Anne ‘s thoughts returned to the hospital room where she was.
How could she have let this happen? She closed her eyes but couldn’t cry. She was made completely numbed by the psychiatric medications. She felt like a lifeless, rubber doll.
There could be no more hope of recovery without access to her emotions. She had always been told, “You need to feel, to heal.”
She fell back into the narrative in her head and remembered how, years ago she had tried desperately to get better when she learned she was pregnant. Now her son was almost four years old and she was in an institution.
She saw her son’s beautiful face in her memory, his coming had felt like she had been given a purpose to live. To be the mother he deserved.
She felt the slightest hint of sensation, it was only the profoundly painful thoughts that could make her feel anything anymore.
The days stretched into weeks much that same way, until one morning Anne received a call from her father through the nurses desk. He had been in hospital for months and sounded very weak.
“Darling, please come see me.” He said, his words came out slurred but intelligible.
“But Dad I can’t. I don’t want to hurt you.” She said.
“I don’t believe in any of that, anyway I don’t care. You’re my daughter and I love you.” He said.
There was a silent pause.
“Come see me please, darling. I don’t know how much longer I can hang on.”
The pain of that reality jolted her. Even through the numbness, she suddenly felt the pain in her heart with all she had put him through.
“Okay Daddy. But not today, tomorrow morning first thing I will come. Have mom come pick me up.” She said.
She stared blankly at the floor as she hung up the receiver. She had become a monster.
The next morning, Anne woke up and went through the motions of getting ready to go out, got into her street clothes and went to sign the paperwork for her day pass.
As she approached the nurse’s station, the one nurse who really cared for Anne called to her from behind the Plexiglas window.
“Hon, I was just coming to get you. Please come with me.” She said. Her face looked strained.
“Oh no, sorry I really gotta go – I still need to sign out. I’m meeting my mom downstairs in five minutes.” Anne said.
“There are some people here to see you.” The nurse said.
“What?” Anne asked.
The nurse came through the heavy security door into the hallway with Anne and they walked together.
Something was up.
Anne started to feel nauseated.
The nurse led Anne to the room for private family visits.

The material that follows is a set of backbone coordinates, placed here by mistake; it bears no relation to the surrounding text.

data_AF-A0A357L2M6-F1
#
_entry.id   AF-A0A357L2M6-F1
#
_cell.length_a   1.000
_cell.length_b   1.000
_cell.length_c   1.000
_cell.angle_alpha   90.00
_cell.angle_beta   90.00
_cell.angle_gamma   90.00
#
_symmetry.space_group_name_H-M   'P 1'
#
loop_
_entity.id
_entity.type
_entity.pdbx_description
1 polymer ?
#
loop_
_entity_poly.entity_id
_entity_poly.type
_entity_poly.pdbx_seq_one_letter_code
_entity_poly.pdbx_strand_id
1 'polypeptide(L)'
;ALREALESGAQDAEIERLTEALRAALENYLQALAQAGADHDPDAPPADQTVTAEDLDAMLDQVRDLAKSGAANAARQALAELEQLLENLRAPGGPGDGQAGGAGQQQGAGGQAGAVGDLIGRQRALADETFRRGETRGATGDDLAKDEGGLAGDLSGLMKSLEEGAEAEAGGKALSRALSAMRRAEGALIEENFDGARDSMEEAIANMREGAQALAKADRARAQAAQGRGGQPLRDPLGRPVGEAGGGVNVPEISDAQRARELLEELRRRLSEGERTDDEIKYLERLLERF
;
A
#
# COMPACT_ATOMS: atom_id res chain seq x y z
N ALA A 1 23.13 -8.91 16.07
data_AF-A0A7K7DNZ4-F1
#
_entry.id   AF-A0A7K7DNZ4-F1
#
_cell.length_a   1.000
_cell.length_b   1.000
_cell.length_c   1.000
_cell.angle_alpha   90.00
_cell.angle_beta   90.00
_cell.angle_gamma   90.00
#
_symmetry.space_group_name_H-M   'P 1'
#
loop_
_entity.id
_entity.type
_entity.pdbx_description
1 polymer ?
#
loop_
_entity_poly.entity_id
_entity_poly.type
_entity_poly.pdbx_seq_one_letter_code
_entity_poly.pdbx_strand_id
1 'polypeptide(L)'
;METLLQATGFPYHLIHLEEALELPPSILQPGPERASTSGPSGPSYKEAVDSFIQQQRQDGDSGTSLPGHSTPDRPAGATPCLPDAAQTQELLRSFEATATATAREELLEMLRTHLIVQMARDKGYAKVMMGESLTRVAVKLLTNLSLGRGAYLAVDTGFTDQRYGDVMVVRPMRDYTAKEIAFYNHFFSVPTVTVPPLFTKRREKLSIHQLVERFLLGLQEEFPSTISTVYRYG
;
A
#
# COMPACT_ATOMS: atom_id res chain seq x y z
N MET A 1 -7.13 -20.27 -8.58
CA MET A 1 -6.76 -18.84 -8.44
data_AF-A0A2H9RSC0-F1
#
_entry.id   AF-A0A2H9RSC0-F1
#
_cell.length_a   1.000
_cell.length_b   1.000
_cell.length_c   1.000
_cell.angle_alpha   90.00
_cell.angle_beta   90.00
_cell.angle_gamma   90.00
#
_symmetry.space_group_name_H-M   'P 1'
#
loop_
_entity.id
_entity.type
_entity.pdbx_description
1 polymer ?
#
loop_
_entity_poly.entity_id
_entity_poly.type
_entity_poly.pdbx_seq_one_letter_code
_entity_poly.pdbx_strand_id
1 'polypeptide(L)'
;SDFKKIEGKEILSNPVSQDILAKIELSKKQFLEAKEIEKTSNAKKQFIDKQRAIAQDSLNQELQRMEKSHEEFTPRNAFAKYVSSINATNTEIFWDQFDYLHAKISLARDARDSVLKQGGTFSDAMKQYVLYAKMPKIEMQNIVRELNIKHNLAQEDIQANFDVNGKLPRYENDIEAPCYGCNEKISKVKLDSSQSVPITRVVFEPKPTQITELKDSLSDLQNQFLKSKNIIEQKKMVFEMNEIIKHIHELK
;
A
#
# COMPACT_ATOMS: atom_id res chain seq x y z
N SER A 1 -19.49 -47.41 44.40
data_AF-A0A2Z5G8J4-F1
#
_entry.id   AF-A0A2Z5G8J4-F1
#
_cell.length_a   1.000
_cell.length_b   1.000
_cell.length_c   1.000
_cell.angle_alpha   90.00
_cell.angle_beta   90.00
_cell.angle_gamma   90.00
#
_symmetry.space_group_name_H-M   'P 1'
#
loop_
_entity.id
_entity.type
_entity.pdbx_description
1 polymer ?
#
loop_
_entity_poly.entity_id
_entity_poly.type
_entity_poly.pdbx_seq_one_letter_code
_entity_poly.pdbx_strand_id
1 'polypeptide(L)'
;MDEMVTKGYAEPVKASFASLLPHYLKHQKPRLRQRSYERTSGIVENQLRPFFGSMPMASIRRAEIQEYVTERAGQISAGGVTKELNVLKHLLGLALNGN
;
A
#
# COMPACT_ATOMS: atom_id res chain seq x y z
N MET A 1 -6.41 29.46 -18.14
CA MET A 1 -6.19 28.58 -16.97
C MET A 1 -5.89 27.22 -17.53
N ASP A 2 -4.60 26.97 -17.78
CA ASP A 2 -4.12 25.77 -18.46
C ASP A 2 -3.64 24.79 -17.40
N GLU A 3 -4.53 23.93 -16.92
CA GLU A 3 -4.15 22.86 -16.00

The nurse opened the door and Anne’s heart sank into her stomach.
The room was filled with the few people she still knew, and all of them wore deep expressions of sadness.
They didn’t have to say a word.
Her father was dead.
He had died during the night. This man who had been her childhood hero – who had always been there for her throughout her life, done so many things for her – was dead. She had not even had the chance to say goodbye.
The shock of the news hung heavily on her and she sank even lower over the following weeks. She had killed him, she had depleted his energy levels so much that he had died.
One morning, weeks after her father had passed, Anne sat in the exercise / activity room of the ward, surrounded by aging and abused equipment. There was an ancient rotary dial phone hanging on the wall in front of her.
She hadn’t slept at all that night, the meds were not strong enough to purge the fear of her impending electroshock treatment scheduled for that morning at 9 am.
She had been reassured by the doctors that this could be the answer to all her problems. This treatment had been renamed electro-convulsive therapy and now used a much lower voltage than when it first came out and had had some promising results in the more severe cases.
Without warning, the cacophony of voices in her head abated and a gentle female voice spoke to her like she was a real person sitting next to her in the room, “No. This is not for you.”
She sat bolt upright and the exhaustion she felt, began to lift.
The voice continued, “Find a Shamanic healer.”
“Okay.” Anne said out loud to the empty room.
She grabbed the receiver and dialed her roommate, Ruth, who was taking care of her son while she was in hospital.
“Okay. Here’s what you do now. Go to the nurse’s station. You signed yourself in voluntarily so tell them you are declining the treatment. Tell them you are leaving of your own accord and that I am coming to pick you up at 9.” Ruth said.
Two days later, Anne sat in the passenger seat of her own car, Ruth was driving.
Anne had an almost giddy feeling inside her as they returned home from her first session with the Shamanic healer. She could feel her sense of humour returning and she made a joke that had Ruth almost in tears.
“That’s my Anne coming back!” Ruth said as she enthusiastically shook Anne’s shoulder, so exuberantly that the whole car zig-zagged.
There was still some numbness and Anne knew there was still a long way to go, but there was a hope in her heart. Hope for an outcome she would never have believed possible. Her son would have the mother he deserved and she would do everything in her power to get there and this time she had the courage to make it happen.
Ruth made arrangements for her to see a cult deprogrammer in the United States and Anne knew deep inside that she was on her way.
That night Anne slept deeply through the entire night, something she had not done in years.